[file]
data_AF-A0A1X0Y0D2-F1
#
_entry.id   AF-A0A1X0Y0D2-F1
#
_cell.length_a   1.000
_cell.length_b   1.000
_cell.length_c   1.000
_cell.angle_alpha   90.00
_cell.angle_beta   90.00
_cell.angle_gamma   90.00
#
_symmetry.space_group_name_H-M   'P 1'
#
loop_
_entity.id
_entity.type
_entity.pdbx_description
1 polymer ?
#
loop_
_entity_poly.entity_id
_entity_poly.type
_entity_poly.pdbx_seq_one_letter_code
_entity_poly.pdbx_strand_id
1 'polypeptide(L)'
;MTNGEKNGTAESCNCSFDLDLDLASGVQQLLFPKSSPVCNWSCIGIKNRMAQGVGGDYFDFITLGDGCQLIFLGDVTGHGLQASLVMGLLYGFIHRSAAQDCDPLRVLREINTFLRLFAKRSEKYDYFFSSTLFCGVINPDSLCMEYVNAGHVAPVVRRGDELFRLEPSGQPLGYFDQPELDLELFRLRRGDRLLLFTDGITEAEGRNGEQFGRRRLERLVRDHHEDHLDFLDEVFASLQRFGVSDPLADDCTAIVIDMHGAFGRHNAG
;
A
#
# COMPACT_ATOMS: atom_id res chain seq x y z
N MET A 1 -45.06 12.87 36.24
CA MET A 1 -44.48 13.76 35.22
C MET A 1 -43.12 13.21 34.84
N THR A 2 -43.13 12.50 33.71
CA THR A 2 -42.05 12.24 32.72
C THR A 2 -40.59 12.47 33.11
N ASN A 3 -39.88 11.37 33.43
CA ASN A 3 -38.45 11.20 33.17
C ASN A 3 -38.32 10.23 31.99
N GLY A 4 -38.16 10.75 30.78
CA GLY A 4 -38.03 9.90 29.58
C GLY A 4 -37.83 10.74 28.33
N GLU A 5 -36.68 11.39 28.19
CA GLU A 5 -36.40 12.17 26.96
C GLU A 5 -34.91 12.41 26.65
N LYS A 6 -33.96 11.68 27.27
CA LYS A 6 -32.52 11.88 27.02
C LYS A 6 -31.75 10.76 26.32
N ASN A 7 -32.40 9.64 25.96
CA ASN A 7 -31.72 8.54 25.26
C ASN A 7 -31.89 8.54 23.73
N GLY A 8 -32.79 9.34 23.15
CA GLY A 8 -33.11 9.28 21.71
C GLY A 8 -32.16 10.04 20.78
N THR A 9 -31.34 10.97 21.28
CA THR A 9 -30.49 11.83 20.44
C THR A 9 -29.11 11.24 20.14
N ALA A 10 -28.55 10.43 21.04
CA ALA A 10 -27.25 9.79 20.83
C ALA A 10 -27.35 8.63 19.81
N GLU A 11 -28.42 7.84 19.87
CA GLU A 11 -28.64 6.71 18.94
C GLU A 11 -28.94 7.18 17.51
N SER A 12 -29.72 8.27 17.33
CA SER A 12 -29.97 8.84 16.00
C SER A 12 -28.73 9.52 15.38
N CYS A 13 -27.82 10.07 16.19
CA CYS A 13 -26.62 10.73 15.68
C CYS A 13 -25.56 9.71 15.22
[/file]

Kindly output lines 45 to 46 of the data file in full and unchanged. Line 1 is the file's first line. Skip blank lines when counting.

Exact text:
C GLU A 5 -34.91 12.41 26.65
N LYS A 6 -33.96 11.68 27.27